ScanEagle finds 'sweet spot' as globally ubiquitous airborne sensor

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By Stephen Trimble

It was 11 years ago when Insitu co-founder Tad McGeer received the telephone call that launched the unmanned air system that eventually became known as the ScanEagle.

Insitu had already demonstrated in 1998 that a low-altitude UAS could cross the Atlantic Ocean on a single flight. That one successful demonstration quickly attracted interest far beyond remote Bingen, Washington, the base for the then-small company of eight employees.

Insitu had traversed an ocean with an aircraft equipped to monitor weather data. But the flight raised what today may already seem a quaintly obvious question: instead of weather sensors, what if Insitu installed a camera in the nose of the air vehicle?

© Insitu

The idea did not spring from the military community. A few years - and the terrorist attacks on 11 September 2001 - would pass before the US armed services embraced the ability to persistently observe an area or even a precise spot for several hours. Rather, Insitu's founders fortuitously timed their idea immediately ahead of a decade-long, frenetic pursuit of unmanned aviation technology by military operators all over the world.

Within less than a decade, that sea-change in operational philosophy has turned the ScanEagle UAS into a globally ubiquitous piece of military kit. It also has stamped Insitu as a universally recognised brand, which since September 2008 has been wholly owned by Boeing.


Along the way, the ScanEagle's now-proven technology successfully navigated the high barriers to entry into the US military acquisition system for a small company with no defence pedigree offering a disruptive technology.

As an operational system, the ScanEagle is credited for rapidly inventing and refining the now-standard operational role and profile for what the US Navy calls a small tactical UAS (STUAS) and what the US Marine Corps labels a Tier II UAS.

As a leased service, the ScanEagle has accumulated 175,000h of operational flying since 2004 and is adding another 10,000 flight hours every month.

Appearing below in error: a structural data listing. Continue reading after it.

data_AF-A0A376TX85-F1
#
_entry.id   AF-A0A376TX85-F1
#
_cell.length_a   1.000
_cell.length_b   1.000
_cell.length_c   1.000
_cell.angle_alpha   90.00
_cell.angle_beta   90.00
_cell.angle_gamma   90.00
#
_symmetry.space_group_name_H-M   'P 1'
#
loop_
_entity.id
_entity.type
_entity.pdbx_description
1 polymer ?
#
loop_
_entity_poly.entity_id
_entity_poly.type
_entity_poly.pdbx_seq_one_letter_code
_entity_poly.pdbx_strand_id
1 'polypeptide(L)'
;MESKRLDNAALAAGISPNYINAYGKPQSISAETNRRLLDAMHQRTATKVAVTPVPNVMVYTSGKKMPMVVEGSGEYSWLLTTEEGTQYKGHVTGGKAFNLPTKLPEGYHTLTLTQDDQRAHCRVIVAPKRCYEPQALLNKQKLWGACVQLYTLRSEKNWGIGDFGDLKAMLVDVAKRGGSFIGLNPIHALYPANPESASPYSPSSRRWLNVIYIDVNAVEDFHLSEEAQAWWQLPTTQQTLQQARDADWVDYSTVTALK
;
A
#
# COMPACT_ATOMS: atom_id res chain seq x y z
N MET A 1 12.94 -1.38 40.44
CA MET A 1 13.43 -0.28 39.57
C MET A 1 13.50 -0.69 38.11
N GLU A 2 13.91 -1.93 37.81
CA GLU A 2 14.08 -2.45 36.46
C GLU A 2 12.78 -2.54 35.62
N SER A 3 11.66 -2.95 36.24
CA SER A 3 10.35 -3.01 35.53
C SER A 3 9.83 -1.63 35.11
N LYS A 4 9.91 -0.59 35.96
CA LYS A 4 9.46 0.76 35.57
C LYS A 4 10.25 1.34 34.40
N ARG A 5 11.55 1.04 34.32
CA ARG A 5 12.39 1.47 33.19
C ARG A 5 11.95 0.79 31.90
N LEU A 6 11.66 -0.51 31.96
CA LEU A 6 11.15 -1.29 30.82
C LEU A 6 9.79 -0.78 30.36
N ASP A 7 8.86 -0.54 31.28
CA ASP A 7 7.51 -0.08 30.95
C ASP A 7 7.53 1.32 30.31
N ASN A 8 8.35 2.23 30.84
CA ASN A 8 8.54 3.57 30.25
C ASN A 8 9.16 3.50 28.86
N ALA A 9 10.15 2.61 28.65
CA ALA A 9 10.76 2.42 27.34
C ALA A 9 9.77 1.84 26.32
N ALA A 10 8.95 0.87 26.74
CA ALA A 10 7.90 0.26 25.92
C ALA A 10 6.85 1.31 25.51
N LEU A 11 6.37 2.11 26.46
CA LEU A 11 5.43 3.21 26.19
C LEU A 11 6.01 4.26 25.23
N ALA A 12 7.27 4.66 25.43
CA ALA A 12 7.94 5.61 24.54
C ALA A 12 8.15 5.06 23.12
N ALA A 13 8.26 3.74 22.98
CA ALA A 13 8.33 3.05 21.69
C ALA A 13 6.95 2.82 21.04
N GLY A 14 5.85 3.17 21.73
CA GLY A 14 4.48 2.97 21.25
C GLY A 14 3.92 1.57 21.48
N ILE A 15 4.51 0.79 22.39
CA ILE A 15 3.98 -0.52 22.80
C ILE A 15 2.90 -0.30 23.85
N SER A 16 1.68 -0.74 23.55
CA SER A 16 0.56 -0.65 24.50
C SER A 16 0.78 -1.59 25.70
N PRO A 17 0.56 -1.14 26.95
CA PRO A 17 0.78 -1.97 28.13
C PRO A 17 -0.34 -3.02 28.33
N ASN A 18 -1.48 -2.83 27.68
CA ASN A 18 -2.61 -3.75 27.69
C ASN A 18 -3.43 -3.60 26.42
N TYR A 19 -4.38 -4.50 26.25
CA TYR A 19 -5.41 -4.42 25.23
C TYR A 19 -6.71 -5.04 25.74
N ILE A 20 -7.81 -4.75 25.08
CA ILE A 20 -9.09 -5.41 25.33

Its larger and more capable successor - the Insitu Integrator UAS - is now competing for the STUAS/Tier II contract, a role defined largely by the experience and lessons accumulated over five years with the ScanEagle.

But the call that came to Insitu co-founder Tad McGeer in 1998 - true to the ScanEagle's inauspicious beginnings - came not from the military but instead from two consultants representing the tuna fishing fleets of the North Atlantic.

Their idea seemed logical. Insitu had already designed an unmanned aircraft to serve as an airborne weather observing station - or "aerosonde". Perhaps it could also design a UAV to serve as an airborne camera scanning just under the ocean surface for roving schools of tuna. This unmanned observing post would thus replace manned helicopters stationed on fishing boats for the same purpose.

"[The consultants] were able to convince Tad that [tuna boats] needed something like helicopters, but [the fisherman] absolutely hated them," says Jeff Knapp, Insitu's head of product development.

Click on cutaway for fullsize image

Moreover, highly competitive tuna fishing operators were also described as "early-adopters" of new technology, Knapp says, adding that this was a key requirement for McGeer. Insitu had struggled to sell UAS technology to risk-averse government agencies charged with weather observation for five years.

So McGeer tapped aerodynamicist Pere Frank - both alumni of fellow UAS pioneer Aurora Flight Sciences - to solve the unique challenges of operating from a fishing trawler, Knapp says. Insitu's design team faced more than the challenge of integrating a stabilised, off-axis, sensor turret to provide 360° surveillance coverage. Operating from the sea also involved the stressing task of launching and recovering the aircraft from a platform moving three-dimensionally in real time.

Insitu's novel engineering solution to the recovery problem, which includes a redesigned man-crane purchased at a local hardware store, is the patented SkyHook. The technology has been refined and improved over the past decade. But the basic approach, which involves patented navigation algorithms, nylon tether and wingtip hook, remains in service today among several naval customers, including the USN and Singapore.

"To us it's kind of a routine thing," says Erik Edsall, Insitu's business development director. "But some of our customers have trouble getting their heads around that recovery system."

The military would later prove that Insitu's unique technical solutions to sea-based challenges worked. But the tuna fishing trawlers that sparked Insitu's inspiration have yet to embrace the ScanEagle concept, which is branded for commercial customers as the SeaScan.

"That market didn't materialise," Knapp acknowledges. "For the tuna fisherman, it was really kind of a risk question in the end."

Fortunately perhaps for Insitu, the potential market for helicopter replacements on tuna trawlers would soon be overtaken unexpectedly by an all-new military requirement for airborne persistent surveillance.

Indeed, the market for unmanned aircraft capable of the military-level intelligence, surveillance and reconnaissance (ISR) mission evolved faster than anyone could have expected in the late 1990s.

By 2002, Boeing Integrated Defense Systems (IDS) was standing up a new organisation focused on unmanned systems, which was headed by Charlie Guthrie.


"It was post-9/11," recalls Guthrie, now an executive at Insitu. "So there was kind of a big change going on across the military."